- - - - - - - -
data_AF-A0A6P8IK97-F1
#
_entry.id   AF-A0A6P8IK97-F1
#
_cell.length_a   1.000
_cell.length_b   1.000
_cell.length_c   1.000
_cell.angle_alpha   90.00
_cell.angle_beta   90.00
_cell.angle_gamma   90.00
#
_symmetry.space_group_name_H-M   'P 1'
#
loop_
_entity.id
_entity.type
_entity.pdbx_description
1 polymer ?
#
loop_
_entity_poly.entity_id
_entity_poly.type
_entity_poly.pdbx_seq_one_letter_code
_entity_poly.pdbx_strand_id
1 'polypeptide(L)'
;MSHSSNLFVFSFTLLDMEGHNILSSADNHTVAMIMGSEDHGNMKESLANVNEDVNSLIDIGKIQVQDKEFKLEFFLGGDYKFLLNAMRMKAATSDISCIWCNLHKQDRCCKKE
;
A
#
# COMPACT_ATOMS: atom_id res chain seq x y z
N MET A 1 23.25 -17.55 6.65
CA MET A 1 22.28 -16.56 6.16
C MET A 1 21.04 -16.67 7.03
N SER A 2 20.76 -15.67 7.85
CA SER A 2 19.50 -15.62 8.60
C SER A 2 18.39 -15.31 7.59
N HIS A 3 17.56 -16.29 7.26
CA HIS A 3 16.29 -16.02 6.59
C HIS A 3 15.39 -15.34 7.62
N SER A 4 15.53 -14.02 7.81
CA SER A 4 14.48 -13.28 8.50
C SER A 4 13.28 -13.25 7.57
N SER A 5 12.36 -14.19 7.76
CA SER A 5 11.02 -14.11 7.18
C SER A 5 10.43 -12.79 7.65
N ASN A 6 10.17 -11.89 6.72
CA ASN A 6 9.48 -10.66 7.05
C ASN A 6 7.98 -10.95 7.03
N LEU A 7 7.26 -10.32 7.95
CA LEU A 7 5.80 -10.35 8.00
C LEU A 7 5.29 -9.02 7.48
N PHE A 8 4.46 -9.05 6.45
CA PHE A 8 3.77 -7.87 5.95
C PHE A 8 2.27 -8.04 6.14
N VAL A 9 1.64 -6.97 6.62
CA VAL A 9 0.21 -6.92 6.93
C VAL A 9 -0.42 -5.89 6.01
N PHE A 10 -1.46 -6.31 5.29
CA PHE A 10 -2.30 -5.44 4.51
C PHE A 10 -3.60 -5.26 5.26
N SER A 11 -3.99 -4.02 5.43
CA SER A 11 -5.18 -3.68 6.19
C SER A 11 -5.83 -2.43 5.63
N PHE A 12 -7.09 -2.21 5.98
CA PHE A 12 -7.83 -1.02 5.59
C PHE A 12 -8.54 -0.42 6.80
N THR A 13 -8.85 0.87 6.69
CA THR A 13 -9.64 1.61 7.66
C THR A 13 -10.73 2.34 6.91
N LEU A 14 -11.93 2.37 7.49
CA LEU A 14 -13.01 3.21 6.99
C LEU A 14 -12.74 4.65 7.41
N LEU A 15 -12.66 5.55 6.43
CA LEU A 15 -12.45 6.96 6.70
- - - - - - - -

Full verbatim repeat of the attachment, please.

data_AF-A0A6P8IK97-F1
#
_entry.id   AF-A0A6P8IK97-F1
#
_cell.length_a   1.000
_cell.length_b   1.000
_cell.length_c   1.000
_cell.angle_alpha   90.00
_cell.angle_beta   90.00
_cell.angle_gamma   90.00
#
_symmetry.space_group_name_H-M   'P 1'
#
loop_
_entity.id
_entity.type
_entity.pdbx_description
1 polymer ?
#
loop_
_entity_poly.entity_id
_entity_poly.type
_entity_poly.pdbx_seq_one_letter_code
_entity_poly.pdbx_strand_id
1 'polypeptide(L)'
;MSHSSNLFVFSFTLLDMEGHNILSSADNHTVAMIMGSEDHGNMKESLANVNEDVNSLIDIGKIQVQDKEFKLEFFLGGDYKFLLNAMRMKAATSDISCIWCNLHKQDRCCKKE
;
A
#
# COMPACT_ATOMS: atom_id res chain seq x y z
N MET A 1 23.25 -17.55 6.65
CA MET A 1 22.28 -16.56 6.16
C MET A 1 21.04 -16.67 7.03
N SER A 2 20.76 -15.67 7.85
CA SER A 2 19.50 -15.62 8.60
C SER A 2 18.39 -15.31 7.59
N HIS A 3 17.56 -16.29 7.26
CA HIS A 3 16.29 -16.02 6.59
C HIS A 3 15.39 -15.34 7.62
N SER A 4 15.53 -14.02 7.81
CA SER A 4 14.48 -13.28 8.50
C SER A 4 13.28 -13.25 7.57
N SER A 5 12.36 -14.19 7.76
CA SER A 5 11.02 -14.11 7.18
C SER A 5 10.43 -12.79 7.65
N ASN A 6 10.17 -11.89 6.72
CA ASN A 6 9.48 -10.66 7.05
C ASN A 6 7.98 -10.95 7.03
N LEU A 7 7.26 -10.32 7.95
CA LEU A 7 5.80 -10.35 8.00
C LEU A 7 5.29 -9.02 7.48
N PHE A 8 4.46 -9.05 6.45
CA PHE A 8 3.77 -7.87 5.95
C PHE A 8 2.27 -8.04 6.14
N VAL A 9 1.64 -6.97 6.62
CA VAL A 9 0.21 -6.92 6.93
C VAL A 9 -0.42 -5.89 6.01
N PHE A 10 -1.46 -6.31 5.29
CA PHE A 10 -2.30 -5.44 4.51
C PHE A 10 -3.60 -5.26 5.26
N SER A 11 -3.99 -4.02 5.43
CA SER A 11 -5.18 -3.68 6.19
C SER A 11 -5.83 -2.43 5.63
N PHE A 12 -7.09 -2.21 5.98
CA PHE A 12 -7.83 -1.02 5.59
C PHE A 12 -8.54 -0.42 6.80
N THR A 13 -8.85 0.87 6.69
CA THR A 13 -9.64 1.61 7.66
C THR A 13 -10.73 2.34 6.91
N LEU A 14 -11.93 2.37 7.49
CA LEU A 14 -13.01 3.21 6.99
C LEU A 14 -12.74 4.65 7.41
N LEU A 15 -12.66 5.55 6.43
CA LEU A 15 -12.45 6.96 6.70